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    Ok, then, let me ask, where have you (meaning anyone that reads this) go to find your used bikes? I know of the wonderful treasure trove that is Craigs List, but where else should I be looking?

  6. #6
    SuperGimp TrojanHorse's Avatar
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    Cool - secure lockup.

    How big are you? If you're concerned about the bike holding up, I'd skip the front suspension altogether. Cheap front suspensions are cheap, heavy and not overly sturdy. I'd suggest something long the lines of a cyclocross bike or a flat bar hybrid like this trek - http://www.trekbikes.com/us/en/bikes...ss/fx/7_2_fx/#

    Of course, you can find similar bikes in any model line including bikesdirect, just throwing that out as an example.

    Another thing to think about is that the new model year is upon us! Exciting news for people who want a discount on last year's bikes.

    Or find one that somebody bought because they were going to get in shape and never really used, like this one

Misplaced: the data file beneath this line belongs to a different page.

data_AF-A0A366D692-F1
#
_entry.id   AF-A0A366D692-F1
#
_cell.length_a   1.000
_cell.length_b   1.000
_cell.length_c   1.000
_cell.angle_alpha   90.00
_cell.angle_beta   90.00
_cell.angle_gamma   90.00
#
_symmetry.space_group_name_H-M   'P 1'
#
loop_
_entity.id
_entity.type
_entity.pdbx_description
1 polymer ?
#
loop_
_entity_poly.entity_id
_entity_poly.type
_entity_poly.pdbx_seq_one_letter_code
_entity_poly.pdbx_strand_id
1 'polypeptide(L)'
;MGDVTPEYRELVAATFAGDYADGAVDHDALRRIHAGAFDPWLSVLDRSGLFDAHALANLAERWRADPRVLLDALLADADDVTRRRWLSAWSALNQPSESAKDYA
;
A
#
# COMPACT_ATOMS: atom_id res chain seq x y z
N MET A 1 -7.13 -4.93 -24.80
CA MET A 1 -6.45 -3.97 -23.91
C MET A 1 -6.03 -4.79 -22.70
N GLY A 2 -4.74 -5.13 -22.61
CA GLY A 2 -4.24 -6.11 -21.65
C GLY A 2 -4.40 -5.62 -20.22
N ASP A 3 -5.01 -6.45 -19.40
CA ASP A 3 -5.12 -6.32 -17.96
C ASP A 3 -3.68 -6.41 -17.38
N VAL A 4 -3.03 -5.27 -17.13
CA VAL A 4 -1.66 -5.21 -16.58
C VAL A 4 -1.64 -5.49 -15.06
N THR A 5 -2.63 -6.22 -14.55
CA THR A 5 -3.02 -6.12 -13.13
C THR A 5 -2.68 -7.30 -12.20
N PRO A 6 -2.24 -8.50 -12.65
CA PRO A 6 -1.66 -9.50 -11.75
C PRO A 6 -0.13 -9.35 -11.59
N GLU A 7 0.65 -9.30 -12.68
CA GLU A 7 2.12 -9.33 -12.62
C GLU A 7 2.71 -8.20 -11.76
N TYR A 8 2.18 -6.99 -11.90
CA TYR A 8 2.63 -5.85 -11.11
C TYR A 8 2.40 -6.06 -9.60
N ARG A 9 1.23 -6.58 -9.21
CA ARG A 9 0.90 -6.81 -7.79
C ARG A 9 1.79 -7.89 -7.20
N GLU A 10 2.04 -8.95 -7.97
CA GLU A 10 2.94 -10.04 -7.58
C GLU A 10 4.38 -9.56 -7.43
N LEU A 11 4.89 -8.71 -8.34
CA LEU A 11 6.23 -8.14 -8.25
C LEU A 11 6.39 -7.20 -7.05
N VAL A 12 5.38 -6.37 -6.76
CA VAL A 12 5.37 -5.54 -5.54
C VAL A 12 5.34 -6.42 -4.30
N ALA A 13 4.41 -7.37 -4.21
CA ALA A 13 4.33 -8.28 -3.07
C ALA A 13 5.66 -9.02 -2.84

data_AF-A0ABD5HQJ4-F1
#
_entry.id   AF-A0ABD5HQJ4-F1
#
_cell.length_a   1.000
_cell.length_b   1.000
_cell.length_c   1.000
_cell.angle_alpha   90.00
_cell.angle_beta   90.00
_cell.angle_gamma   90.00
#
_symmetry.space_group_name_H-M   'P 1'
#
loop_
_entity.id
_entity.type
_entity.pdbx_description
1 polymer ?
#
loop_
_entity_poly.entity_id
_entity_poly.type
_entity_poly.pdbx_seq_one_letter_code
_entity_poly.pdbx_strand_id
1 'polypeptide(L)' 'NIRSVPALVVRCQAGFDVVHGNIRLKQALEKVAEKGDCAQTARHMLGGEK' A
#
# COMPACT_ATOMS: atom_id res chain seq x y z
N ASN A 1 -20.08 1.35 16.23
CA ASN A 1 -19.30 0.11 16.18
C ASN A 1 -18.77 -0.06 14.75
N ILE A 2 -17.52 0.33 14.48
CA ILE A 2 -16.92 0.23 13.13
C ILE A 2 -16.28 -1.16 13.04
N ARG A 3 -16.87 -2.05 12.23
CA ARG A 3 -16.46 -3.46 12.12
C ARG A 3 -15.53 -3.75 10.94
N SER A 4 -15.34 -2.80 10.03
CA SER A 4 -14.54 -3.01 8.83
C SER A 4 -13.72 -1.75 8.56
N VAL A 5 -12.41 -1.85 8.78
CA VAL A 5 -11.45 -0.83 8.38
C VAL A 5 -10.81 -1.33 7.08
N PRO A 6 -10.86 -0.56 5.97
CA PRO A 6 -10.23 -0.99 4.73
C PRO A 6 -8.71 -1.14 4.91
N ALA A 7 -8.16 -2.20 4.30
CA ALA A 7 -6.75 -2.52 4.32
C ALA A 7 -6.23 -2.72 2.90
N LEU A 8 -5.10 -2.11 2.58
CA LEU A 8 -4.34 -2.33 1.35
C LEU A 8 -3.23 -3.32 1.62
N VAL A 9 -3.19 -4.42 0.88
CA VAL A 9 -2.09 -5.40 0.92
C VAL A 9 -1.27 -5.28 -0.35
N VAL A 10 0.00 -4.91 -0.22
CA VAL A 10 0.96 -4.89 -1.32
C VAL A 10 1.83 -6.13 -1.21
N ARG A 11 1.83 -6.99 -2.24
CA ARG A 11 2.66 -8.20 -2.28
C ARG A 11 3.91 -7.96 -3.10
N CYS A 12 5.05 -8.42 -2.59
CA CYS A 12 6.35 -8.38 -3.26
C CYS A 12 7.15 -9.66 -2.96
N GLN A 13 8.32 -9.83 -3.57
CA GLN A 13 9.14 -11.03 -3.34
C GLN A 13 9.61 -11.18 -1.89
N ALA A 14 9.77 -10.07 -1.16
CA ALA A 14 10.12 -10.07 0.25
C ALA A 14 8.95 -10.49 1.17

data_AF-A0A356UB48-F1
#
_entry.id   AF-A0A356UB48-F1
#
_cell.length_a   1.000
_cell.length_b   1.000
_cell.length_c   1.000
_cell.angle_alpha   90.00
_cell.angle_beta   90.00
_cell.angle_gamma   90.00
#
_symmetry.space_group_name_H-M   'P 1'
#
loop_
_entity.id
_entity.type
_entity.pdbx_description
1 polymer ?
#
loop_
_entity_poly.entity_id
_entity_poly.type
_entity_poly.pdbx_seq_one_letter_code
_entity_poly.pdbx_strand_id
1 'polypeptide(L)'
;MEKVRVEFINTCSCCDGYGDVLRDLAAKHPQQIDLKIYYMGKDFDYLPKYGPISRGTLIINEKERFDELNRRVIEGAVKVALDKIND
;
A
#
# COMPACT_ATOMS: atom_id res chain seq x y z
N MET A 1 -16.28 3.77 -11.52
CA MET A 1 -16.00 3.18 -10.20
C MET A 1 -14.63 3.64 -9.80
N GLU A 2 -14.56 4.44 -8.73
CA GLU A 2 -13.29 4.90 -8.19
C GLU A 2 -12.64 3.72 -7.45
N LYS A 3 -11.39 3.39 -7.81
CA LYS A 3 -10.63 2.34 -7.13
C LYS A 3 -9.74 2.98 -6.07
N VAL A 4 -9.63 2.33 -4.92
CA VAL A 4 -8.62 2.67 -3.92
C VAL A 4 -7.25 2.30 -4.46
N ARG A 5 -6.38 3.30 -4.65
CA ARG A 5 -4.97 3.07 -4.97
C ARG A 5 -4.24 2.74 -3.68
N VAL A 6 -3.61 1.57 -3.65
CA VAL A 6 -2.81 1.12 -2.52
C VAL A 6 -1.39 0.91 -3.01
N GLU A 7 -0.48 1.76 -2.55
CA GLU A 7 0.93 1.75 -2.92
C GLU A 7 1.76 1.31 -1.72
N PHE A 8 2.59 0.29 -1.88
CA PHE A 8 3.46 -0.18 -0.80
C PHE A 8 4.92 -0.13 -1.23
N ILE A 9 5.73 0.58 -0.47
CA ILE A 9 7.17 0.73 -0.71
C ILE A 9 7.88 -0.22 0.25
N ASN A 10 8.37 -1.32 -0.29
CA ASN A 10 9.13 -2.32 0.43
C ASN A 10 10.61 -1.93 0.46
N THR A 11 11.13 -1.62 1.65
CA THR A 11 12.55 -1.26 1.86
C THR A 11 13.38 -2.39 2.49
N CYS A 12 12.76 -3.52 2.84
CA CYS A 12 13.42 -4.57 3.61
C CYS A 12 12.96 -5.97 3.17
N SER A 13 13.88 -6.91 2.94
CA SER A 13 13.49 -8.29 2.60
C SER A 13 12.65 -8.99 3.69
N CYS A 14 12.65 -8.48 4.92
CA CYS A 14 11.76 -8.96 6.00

http://phoenix.craigslist.org/evl/bik/3184824995.html

    (No idea if that size would work for you, sounds small)

  7. #7
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    Hmm, well, I'm 5'9", have a 29.5" inseam and weigh about 270, so I would be worried about the bike holding up in the long run. Also, a flat bar would be a must on a hybrid for me. I personally can't stand the way bikes with the adjustable stems and suspension seat posts look... Blea.

    Would I be right in thinking that 15" bike would be too small?

    Here's another bike I was looking at, however, I haven't been able to find info on the web as to whether I can mount wider (35mm) tires on it...

    http://phoenix.craigslist.org/nph/bik/3239527761.html
    Last edited by jcorn427; 09-12-12 at 12:02 AM.

  8. #8
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    Last edited by jcorn427; 09-12-12 at 01:04 AM.

  9. #9
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    Many bike shops take trade-ins to sell. You get something that's been tuned up and you can take it back if there are problems. That is one way to go if you want to buy used and don't know if you want to trust a classified ad.
    Don't worry about the bike "holding up". You aren't that heavy and 6 miles isn't that long a commute. Wheels may need truing down the road, by which time you may have gotten the urge to get a nicer bike anyway.
    Last edited by Rhodabike; 09-12-12 at 03:32 AM.

  10. #10
    Cat 5 field stuffer bbeasley's Avatar
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    Don't forget about fit. There's nothing like a fit by a pro but if that's not possible here's a free calculator that works for me. This should get you in the ball park.